We’re back with more #insuranceindustry terminology. Check out the second installment of our helpful acronym glossary video for terms thrown around in #lifeinsurance, #healthinsurance, and #employeebenefits. Don’t forget to look at part 1 and part 3, or read our blog for the full list:

What is DI?

DI can stand for disability income or disability insurance. Through purchasing disability insurance, an individual may be able to get disability income if they cannot earn money from working due to their disability.

What is the DOI?

The department of insurance, or division of insurance, also known as DOI is the government entity that regulates the activities of the insurance industry within the state or territory.

Each state in the U.S., along with each U.S. territory, has its own department of insurance or division of insurance.

What is EOI?

Evidence of insurability or EOI typically applies to life and disability insurance and is needed when a plan is not guarantee issue (GI). Evidence of insurability can mean anything from health questionnaires to medical exams: basically, it is information provided by the applicant to the insurance company to secure underwriting. If the insurance company does not deem the applicant to be a good risk based on their EOI, they may charge a higher premium or decline coverage altogether.

What is an EPO?

An exclusive provider organization or EPO is one of the three most common types of health insurance networks in America today, along with the HMO and PPO. An EPO is somewhat of a middle-ground between the most restrictive HMO and the most free (but expensive) PPO. On an EPO plan, a member may see in-network specialists typically without a referral from the primary care physician and will only be able to get coverage for care outside of the network in the case of an emergency.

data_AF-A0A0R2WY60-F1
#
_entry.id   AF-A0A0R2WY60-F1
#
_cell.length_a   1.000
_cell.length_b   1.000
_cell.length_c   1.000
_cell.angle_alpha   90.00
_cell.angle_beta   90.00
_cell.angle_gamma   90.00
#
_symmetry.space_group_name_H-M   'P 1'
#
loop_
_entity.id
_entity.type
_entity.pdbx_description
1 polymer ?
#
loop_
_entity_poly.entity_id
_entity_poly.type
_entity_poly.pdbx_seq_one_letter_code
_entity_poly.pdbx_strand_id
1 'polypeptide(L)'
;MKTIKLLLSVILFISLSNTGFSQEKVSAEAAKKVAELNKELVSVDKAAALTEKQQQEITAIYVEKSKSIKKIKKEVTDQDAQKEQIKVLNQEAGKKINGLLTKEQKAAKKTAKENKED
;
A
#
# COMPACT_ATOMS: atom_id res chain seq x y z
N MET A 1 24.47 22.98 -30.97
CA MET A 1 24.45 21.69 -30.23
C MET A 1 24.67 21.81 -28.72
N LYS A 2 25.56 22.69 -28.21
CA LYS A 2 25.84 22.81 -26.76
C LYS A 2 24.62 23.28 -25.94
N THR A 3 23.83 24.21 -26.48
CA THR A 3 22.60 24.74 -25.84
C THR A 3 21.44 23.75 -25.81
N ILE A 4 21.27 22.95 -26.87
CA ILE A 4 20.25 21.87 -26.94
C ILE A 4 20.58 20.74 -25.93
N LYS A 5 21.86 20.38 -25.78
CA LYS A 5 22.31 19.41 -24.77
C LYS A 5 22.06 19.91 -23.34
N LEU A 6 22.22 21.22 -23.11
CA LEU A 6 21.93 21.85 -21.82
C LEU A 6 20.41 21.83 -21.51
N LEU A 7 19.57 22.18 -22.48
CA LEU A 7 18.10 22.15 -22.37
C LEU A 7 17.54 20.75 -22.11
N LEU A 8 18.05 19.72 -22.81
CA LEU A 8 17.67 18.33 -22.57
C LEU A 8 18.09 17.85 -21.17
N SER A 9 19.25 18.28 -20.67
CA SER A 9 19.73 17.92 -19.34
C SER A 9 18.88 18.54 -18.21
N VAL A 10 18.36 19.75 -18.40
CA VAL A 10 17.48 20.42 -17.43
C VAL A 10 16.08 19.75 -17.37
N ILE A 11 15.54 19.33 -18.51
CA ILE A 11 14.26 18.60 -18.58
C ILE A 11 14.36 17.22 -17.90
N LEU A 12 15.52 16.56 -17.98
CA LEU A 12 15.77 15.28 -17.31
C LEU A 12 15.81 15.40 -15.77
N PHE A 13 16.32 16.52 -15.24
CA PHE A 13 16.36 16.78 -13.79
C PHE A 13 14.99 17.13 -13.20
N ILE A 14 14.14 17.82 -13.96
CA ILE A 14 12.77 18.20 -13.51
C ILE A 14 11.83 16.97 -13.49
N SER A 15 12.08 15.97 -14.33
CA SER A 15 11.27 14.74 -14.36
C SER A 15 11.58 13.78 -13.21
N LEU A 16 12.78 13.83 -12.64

What is ERISA?

The Employee Retirement Income Security Act or ERISA is a law that protects employee retirement plan participants and their beneficiaries. This law governs employer-sponsored retirement plans and protects plan participants from mismanagement and abuse, as well as enforcing the payment of funds to plan participants and beneficiaries even if the company goes bankrupt.

What is GI?

Guarantee issue or GI is a provision of some group life and disability insurances that offer coverage to all eligible group members without evidence of insurability (EOI). Typically, plans are offered with GI when an employee first becomes eligible (for example, when starting employment) and at a specific annual open enrollment period. Plans limit the time when a member can join without EOI in order to prevent people from waiting until they know they are about to need the benefits before signing up.

What is HIPAA?

Best known for its reference to health information privacy, HIPAA or the Health Insurance Portability and Accountability Act of 1996 is a federal law that created national standards for the protection of sensitive patient information. It’s thanks to HIPAA that we all have to sign privacy policies each time we visit a healthcare provider.

What is an HMO?

An HMO or health maintenance organization is one of the three most common types of health insurance networks in America today, along with the PPO and EPO. An HMO is the most restrictive, but also the lowest cost, option. Members of an HMO plan must see their primary care physician for a referral for any other care and will only receive out-of-network coverage in the case of an emergency.